Digby: (I Can Read Book Series: Level 1)

Overview

Digby is getting old. She can't run and play much anymore. But Digby is still a very good dog. She is good at waiting, watching and understanding. Best of all, Digby is a faithful friend — and she will never be too old for them!A little boy wants to play with his dog, Digby. His sister says Digby is too old to play catch. But if Digby can’t run and jump, there are other things she can do now. In a spare, simple text, Barbara Shook Hazen presents a story about change and ...

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Overview

Digby is getting old. She can't run and play much anymore. But Digby is still a very good dog. She is good at waiting, watching and understanding. Best of all, Digby is a faithful friend — and she will never be too old for them!A little boy wants to play with his dog, Digby. His sister says Digby is too old to play catch. But if Digby can’t run and jump, there are other things she can do now. In a spare, simple text, Barbara Shook Hazen presents a story about change and life-cycles perfect for the youngest readers.

A little boy wants to play with his dog, Digby. His sister says Digby is too old to play catch. But if Digby can’t run and jump, there are other things she can do now. In a spare, simple text, Barbara Shook Hazen presents a story about change and life-cycles perfect for the youngest readers.

Learning about the family dog, Digby, helps a young child understand aging.

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Editorial Reviews

Children's Literature - Dia L. Michels
Just when the little brother is doing things all by himself, he doesn't understand why his dog, Digby, can't do many things. Big sister explains that Digby is old, too old to play catch, do tricks, and jump around. With a sister's gentleness, she explains that when she was a baby, Digby could do all those things and provided her with a friend and a companion. Now that Digby is older, it is the sister's turn to play catch, do tricks, and jump around with her brother. And even though Digby can't play, he can still be a good friend and companion. With most pages covered with bright colorful drawings, Digby is an "I Can Read Book" with an attractive message.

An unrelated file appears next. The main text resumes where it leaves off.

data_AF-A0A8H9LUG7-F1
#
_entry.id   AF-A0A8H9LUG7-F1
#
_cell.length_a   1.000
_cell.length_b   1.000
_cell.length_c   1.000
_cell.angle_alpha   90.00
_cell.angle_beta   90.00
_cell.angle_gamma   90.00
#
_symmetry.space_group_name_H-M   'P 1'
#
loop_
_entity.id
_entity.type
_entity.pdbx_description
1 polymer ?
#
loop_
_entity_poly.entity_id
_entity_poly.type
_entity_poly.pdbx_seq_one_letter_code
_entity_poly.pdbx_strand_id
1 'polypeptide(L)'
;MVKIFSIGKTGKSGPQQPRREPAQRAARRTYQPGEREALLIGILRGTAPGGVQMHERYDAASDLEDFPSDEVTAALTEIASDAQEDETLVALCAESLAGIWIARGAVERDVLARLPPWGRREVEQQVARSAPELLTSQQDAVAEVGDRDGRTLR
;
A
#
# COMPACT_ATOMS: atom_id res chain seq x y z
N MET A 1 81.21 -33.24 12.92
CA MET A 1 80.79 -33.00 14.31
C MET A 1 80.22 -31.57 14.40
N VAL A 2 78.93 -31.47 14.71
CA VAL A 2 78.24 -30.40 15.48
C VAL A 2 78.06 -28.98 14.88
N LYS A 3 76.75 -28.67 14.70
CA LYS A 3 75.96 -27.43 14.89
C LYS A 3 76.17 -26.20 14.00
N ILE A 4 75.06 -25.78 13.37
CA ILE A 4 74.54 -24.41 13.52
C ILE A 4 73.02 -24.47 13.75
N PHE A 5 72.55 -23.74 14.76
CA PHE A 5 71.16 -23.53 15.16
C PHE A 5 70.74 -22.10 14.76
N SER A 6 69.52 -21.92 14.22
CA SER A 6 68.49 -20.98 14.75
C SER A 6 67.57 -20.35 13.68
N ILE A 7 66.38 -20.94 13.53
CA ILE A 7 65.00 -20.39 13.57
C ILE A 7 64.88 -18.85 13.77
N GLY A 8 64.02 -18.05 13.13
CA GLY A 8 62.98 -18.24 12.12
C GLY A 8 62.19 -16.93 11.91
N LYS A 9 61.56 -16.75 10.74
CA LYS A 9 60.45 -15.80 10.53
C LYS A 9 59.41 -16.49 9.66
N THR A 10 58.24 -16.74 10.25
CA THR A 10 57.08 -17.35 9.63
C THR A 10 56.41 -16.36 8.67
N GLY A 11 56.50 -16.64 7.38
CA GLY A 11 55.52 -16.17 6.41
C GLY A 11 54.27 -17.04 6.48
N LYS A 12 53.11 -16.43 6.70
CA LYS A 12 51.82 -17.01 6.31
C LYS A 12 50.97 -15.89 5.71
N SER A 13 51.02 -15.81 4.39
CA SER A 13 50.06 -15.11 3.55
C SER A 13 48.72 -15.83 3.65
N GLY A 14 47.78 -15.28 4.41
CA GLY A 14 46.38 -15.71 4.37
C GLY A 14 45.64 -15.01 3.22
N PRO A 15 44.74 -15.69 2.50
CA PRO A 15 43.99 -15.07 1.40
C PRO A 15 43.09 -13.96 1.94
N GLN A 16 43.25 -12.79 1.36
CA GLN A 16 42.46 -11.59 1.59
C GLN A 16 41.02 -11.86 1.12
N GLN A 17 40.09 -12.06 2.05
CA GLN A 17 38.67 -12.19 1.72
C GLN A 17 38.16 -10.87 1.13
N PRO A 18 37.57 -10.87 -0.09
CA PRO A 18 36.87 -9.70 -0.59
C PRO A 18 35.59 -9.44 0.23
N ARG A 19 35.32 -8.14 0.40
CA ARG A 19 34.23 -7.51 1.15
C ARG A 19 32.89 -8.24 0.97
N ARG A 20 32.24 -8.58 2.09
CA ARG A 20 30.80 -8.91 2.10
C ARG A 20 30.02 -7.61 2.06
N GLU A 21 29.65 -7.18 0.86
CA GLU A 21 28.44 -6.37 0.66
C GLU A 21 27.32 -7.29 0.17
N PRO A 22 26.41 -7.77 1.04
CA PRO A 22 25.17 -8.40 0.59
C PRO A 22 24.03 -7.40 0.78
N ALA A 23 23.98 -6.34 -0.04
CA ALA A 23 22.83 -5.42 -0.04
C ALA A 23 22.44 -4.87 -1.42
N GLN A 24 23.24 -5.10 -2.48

School Library Journal
PreS-Gr 2Hazen skillfully conveys the feelings and questions a little boy has about his aging dog, acknowledging thoughts with which young readers can identify. The boy's older sister explains why Digby cannot run and fetch the way he did when she was little. She tells him that he is still loyal to the family and deserves their love and friendship. Through these conversations, the child is made aware of the changing life cycles and learns respect for the value of each phase. Phillips-Duke's bright, colorful, animated illustrations of the African-American family energize the very easy text and are sure to appeal to beginning readers. Digby provides a vehicle for young children to broaden their experiences; as such, it warrants a place in easy-reader collections.Amelia Kalin, Valley Cottage Library, NY
Kirkus Reviews
This I Can Read book is a conversation between a boy and his older sister, stylish children in "homey," oversize clothes. When the boy commands his dog, Digby, to play catch, his sister explains that the dog is too old to play, but has different qualities now, such as patience. She also points out that she can play with him, just as Digby played with her when she was small. Behind the simple words is sweet wisdom; this tale from Hazen (Wally, the Worry-Wart, 1990, etc.) translates to tolerance for all the elderly. The illustrations, from newcomer Phillips-Duke, are a weak point. Three nearly identical scenes of Digby asleep in his basket open the book; the interaction between siblings grows static as they remain in the kitchen while they talk. Although the style is deliberately naive, there are details that readers will see as mistakes: A clockface has nine hours marked, instead of twelve; two small framed paintings "float" around on the kitchen wall (sometimes next to each other, sometimes on a diagonal); the dog basket suddenly disappears from view; a chair that appears to one side of the table in most pictures is on another side for one scene, and then abruptly back in place. These flaws bury the sturdy sentiments of the story.
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Product Details

  • ISBN-13: 9780064442398
  • Publisher: HarperCollins Publishers
  • Publication date: 2/28/1998
  • Series: I Can Read Book 1 Series
  • Edition description: 1ST HARPER
  • Pages: 32
  • Sales rank: 382,211
  • Age range: 4 - 8 Years
  • Lexile: 160L (what's this?)
  • Product dimensions: 5.50 (w) x 8.50 (h) x 0.12 (d)

Meet the Author

Barbara Shook Hazen has written more than eighty books for children. Her most recent titles include, Where Do Bears Sleep?, illustrated by Mary Morgan Van Royen; Digby, illustrated by Barbara J. Phillips-Duke; and The Knight Who Was Afraid of the Dark, illustrated by Tony Ross. She lives in Massachusetts and New York City.

Jane Manning is the illustrator of My First Songs, This Little Piggy, and the HarperTrophy Black Cat Club series. She lives in Deep River, CT.

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